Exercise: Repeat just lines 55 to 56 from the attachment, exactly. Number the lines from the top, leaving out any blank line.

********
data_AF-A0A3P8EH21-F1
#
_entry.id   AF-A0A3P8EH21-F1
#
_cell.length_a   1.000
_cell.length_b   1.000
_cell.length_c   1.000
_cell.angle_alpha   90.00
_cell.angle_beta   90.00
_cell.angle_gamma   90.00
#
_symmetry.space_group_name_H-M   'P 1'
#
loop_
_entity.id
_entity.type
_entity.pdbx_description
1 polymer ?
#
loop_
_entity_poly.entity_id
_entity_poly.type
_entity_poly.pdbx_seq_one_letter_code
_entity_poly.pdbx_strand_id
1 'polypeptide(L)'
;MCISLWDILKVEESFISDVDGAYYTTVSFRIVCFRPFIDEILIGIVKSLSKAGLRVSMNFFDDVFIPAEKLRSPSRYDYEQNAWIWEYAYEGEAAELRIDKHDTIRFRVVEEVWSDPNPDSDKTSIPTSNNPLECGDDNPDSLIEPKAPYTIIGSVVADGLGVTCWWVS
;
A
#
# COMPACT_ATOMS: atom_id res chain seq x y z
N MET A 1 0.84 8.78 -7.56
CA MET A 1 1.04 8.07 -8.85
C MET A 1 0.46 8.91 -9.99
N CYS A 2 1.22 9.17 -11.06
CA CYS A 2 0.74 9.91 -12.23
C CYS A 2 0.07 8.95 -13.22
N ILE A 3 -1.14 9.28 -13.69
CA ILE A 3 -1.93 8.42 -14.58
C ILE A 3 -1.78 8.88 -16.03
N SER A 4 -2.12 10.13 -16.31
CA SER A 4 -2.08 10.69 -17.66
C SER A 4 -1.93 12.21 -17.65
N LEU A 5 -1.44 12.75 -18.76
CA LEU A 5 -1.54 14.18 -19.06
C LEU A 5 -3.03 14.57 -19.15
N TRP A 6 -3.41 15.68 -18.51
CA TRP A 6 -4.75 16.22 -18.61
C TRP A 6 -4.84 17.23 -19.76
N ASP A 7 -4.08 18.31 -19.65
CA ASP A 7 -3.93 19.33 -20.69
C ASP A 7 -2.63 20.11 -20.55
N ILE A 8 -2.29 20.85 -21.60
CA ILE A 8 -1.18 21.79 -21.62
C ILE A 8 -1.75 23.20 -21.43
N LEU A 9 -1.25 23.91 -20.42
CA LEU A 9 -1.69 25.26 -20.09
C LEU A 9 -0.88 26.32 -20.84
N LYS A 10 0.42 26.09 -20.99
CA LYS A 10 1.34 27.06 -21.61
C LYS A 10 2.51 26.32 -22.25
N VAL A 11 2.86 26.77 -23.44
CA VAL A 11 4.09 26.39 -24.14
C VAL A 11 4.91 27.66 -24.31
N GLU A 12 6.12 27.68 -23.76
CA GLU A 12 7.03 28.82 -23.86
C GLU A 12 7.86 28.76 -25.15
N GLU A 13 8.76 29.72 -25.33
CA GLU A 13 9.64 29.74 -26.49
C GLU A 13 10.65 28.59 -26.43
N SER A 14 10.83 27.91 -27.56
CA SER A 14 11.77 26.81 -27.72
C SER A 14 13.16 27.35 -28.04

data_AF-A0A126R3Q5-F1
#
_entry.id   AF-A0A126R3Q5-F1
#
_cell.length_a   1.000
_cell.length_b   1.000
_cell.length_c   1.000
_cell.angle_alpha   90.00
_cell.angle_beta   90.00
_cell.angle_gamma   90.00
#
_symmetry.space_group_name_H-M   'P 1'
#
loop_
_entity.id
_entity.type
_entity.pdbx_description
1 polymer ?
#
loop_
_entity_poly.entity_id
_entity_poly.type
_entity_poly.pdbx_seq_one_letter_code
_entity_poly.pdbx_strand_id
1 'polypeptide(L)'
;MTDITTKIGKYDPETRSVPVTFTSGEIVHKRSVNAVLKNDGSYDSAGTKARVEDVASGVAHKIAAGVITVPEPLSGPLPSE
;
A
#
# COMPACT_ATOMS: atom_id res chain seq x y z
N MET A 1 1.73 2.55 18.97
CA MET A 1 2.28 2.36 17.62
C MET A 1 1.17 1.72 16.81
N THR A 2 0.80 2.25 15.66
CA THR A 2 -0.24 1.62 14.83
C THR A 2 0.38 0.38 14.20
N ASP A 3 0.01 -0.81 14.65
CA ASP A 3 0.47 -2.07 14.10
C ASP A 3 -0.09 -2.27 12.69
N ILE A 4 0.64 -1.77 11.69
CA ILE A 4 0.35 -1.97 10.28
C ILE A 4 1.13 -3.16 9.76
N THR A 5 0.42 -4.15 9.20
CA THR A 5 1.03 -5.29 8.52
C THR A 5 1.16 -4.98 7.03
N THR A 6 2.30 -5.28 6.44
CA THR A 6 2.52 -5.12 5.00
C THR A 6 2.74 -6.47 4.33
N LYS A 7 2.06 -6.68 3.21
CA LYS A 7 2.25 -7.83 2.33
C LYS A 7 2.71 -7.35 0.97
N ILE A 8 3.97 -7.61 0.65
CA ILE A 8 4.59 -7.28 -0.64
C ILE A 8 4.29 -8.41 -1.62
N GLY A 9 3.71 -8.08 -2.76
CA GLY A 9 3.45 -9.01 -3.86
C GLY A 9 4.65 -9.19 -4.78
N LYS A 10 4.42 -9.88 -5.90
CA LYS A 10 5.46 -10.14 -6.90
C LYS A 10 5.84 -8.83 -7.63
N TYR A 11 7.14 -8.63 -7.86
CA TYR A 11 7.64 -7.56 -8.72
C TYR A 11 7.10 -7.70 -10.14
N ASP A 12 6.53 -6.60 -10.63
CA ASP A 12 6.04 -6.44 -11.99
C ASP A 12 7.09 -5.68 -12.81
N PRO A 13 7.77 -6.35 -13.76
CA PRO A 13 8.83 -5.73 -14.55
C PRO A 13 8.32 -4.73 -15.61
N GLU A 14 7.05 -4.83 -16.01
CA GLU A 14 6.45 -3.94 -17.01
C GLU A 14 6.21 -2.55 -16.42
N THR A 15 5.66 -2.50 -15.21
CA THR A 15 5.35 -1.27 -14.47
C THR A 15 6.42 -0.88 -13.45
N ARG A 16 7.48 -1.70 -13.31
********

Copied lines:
N LEU A 9 -1.25 23.91 -20.42
CA LEU A 9 -1.69 25.26 -20.09